The Apple Car is one of the longest-running rumors in technology, and we've got some new tidbits to report from people in the know: those sources say that the electric vehicle will be powered by a custom-made carOS not unlike the one used by Tesla.
This comes from DigiTimes (opens in new tab) (via Notebookcheck.net (opens in new tab)), and while the name carOS isn't specifically mentioned, the prediction is that Apple is developing a software platform that can control every aspect of a car's function – from starting the engine to playing tunes from an Apple Music library.
We're imagining that this software platform would also use a large, central dashboard screen like current Tesla cars. Dashboards on Tesla motors are dominated by the display, and don't offer anything in the way of physical buttons or dials.
Developing the DCU
The same report also mentions a Domain Control Unit (DCU) for the Apple Car, which apparently handles all of the necessary data processing during driving. An unnamed Korean company is said to be working on a DCU for Apple.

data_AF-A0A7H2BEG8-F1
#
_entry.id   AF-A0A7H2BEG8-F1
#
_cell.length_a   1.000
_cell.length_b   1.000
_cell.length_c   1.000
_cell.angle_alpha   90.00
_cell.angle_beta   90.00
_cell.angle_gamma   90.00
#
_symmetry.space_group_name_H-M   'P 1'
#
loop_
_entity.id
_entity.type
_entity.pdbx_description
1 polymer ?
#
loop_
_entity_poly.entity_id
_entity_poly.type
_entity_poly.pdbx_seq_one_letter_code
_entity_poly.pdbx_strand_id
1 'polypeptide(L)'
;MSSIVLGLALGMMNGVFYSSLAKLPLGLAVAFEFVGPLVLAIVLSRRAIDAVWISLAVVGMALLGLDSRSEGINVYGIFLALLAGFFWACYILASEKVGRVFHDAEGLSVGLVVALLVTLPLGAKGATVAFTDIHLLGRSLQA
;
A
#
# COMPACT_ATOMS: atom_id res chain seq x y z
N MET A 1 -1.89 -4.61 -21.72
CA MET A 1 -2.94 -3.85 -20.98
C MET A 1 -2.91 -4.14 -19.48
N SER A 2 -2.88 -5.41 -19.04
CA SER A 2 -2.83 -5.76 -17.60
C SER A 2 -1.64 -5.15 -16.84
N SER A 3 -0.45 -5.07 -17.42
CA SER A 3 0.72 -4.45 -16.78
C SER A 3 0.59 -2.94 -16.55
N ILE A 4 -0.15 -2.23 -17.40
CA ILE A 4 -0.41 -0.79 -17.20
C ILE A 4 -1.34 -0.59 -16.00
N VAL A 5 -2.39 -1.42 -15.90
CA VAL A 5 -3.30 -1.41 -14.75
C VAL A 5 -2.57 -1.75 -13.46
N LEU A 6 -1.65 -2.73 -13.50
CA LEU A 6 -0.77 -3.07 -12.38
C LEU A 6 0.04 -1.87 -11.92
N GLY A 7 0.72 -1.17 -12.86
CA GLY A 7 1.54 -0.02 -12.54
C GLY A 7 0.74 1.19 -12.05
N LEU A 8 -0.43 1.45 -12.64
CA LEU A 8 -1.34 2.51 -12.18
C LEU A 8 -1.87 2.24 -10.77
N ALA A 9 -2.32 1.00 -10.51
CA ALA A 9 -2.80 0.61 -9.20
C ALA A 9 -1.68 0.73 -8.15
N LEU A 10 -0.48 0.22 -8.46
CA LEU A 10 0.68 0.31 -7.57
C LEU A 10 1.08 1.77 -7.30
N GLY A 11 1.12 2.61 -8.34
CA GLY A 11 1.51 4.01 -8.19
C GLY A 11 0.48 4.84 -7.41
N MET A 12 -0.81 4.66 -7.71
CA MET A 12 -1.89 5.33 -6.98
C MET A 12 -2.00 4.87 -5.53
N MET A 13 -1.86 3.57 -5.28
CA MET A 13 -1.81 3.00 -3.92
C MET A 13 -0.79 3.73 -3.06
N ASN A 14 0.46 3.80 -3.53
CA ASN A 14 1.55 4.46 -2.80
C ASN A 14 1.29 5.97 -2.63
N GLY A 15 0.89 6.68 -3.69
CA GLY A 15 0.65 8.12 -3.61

If what we're hearing is right, it sounds as though the DCU and carOS would handle more or less everything that happens in the car. In other words, we're talking about something that's way beyond what you might be used to with the existing CarPlay experience – maps, music, and other audio apps.
We've not heard much in recent months about the Apple Car – indeed, some executives are reported to have left the project – but this latest article suggests that Apple is still moving forward with its plans to bring out its own electric vehicle.
Analysis: will we ever see an Apple Car?
At this stage it would be a huge surprise if Apple wasn't working on its own automobile technology – but that's still no guarantee that an actual Apple Car is ever going to launch (see also the long-running rumors around an Apple television set).
Apple chief Tim Cook has been vague about the company's plans in terms of vehicle development, but he has hinted that Apple is looking at autonomous driving software, if not an actual physical motorcar that you can drive around.
We've seen Apple launch events come and go without any mention of an Apple Car – much as we would like to see such an announcement – and it would clearly be a major move by Apple, into an area that it doesn't have a whole lot of experience in.
Making cars isn't easy, as Tesla has found out, but if any company has the resources and the know-how to pull it off, it's going to be Apple. We're still not sure if an Apple Car will appear, but if it does, it could be just as significant as the launch of the first iPhone.